SAR stands for Specific Absorption Rate, which is a measure of how much radio frequency (RF) energy is absorbed by your body when using an electronic device like a mobile phone. In the EU, SAR limits are governed by the European Committee for Electrotechnical Standardization (CENELEC). Here, any mobile device with a SAR of 2.0 Watt per kilogram (W/kg) or less averaged over 10 grams of tissue is considered safe for consumer use.
SAR is calculated for two areas: the head and the rest of the body. During testing, the phone’s radio is set to its highest transmission level for each frequency. For the head rating, the phone is placed directly next to the head to simulate actual calling behaviour. For the body rating, the phone is positioned 10 mm away from the body. You should therefore carry your phone in a bag or something similar to keep it 10mm away from your body. This ensures that exposure remains at or is below the as-tested level. To additionally minimize exposure we recommend to use a hands-free headset.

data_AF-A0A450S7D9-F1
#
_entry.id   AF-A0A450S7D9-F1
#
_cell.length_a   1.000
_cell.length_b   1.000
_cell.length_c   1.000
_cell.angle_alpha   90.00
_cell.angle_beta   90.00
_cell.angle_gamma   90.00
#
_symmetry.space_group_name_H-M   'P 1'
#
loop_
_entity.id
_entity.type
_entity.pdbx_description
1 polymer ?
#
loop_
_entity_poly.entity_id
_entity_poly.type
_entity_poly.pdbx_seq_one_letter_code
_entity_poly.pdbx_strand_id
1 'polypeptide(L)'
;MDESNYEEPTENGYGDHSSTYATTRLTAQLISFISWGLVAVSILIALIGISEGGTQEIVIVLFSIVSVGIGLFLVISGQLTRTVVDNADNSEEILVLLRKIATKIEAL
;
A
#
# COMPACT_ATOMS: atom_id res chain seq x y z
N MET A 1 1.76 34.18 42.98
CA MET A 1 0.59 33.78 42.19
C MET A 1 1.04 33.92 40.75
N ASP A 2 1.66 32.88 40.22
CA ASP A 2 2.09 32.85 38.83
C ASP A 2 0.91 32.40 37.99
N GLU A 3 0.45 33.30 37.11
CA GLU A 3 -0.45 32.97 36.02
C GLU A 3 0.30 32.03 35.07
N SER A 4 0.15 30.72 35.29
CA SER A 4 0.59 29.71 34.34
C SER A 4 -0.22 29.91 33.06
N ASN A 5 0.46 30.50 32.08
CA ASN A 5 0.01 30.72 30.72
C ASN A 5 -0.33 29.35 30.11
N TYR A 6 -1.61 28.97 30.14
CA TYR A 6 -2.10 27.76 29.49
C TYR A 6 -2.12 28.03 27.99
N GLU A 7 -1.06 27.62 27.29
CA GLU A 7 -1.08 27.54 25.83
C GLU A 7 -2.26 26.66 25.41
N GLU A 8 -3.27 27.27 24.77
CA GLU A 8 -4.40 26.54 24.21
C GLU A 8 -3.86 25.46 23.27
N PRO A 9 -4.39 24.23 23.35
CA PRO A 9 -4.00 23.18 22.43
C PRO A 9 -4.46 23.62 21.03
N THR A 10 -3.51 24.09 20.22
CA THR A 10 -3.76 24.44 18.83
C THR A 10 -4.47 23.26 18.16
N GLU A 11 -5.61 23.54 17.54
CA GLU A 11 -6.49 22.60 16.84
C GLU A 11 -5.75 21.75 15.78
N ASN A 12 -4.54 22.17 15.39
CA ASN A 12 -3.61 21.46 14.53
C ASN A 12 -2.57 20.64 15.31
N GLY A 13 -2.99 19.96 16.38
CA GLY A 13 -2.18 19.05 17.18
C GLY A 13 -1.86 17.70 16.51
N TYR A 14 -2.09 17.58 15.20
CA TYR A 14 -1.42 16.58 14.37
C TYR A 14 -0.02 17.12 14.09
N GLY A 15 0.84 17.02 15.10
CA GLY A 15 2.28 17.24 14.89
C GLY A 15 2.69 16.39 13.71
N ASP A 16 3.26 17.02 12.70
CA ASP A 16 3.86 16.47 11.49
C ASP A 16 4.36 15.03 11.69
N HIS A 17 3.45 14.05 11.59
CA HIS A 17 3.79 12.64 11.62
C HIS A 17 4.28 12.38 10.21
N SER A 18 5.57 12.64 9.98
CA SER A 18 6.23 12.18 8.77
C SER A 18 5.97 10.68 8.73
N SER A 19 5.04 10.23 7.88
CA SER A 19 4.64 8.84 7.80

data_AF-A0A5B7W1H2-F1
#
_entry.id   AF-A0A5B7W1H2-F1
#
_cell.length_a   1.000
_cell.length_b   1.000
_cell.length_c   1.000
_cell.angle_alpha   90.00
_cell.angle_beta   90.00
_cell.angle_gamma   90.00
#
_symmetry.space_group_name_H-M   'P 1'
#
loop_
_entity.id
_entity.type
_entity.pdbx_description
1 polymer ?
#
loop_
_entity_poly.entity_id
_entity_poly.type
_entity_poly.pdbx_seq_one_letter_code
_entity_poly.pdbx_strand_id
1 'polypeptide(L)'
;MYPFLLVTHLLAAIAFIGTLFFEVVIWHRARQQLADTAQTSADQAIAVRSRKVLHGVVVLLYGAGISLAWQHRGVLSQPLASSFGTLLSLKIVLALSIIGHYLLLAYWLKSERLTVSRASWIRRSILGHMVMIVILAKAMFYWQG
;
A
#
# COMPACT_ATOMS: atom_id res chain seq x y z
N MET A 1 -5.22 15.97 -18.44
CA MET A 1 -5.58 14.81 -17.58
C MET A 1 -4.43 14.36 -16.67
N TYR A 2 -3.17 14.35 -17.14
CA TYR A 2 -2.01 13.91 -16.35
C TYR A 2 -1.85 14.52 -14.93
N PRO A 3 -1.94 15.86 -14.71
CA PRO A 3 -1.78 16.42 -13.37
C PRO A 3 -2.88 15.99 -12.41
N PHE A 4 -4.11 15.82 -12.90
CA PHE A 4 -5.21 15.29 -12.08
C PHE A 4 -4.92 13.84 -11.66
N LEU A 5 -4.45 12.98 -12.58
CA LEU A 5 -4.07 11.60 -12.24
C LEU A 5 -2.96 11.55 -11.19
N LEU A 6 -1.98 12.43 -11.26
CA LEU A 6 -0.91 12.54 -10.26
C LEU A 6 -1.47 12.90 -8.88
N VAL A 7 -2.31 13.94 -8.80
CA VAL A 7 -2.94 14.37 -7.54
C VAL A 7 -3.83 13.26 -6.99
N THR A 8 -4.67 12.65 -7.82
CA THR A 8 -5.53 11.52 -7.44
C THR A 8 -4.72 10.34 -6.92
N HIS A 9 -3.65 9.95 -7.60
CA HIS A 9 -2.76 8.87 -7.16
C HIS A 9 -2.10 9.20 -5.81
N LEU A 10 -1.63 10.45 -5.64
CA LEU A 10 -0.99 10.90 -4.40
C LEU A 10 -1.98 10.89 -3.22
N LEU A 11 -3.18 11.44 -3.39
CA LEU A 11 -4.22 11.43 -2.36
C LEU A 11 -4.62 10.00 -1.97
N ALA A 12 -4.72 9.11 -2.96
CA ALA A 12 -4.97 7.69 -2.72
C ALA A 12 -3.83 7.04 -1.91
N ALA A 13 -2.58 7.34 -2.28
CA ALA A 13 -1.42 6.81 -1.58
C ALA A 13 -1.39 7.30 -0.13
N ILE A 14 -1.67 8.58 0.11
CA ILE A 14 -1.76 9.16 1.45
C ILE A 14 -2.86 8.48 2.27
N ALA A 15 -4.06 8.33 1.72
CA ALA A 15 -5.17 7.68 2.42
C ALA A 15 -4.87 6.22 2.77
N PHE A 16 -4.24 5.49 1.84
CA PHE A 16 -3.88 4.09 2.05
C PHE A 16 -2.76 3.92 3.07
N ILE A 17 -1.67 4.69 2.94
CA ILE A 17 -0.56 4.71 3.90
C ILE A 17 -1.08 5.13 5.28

The SAR of the Fairphone 2 is relatively low: 0.288 W/kg for the head and 0.426 W/kg for the body. There’s a lot of research out there about the effects of exposure to radio frequency, but many remain inconclusive. If you would like to research more, see the World Health Organization.
For the Fairphone 1, please consult the relevant article.
For the full lab report, look here: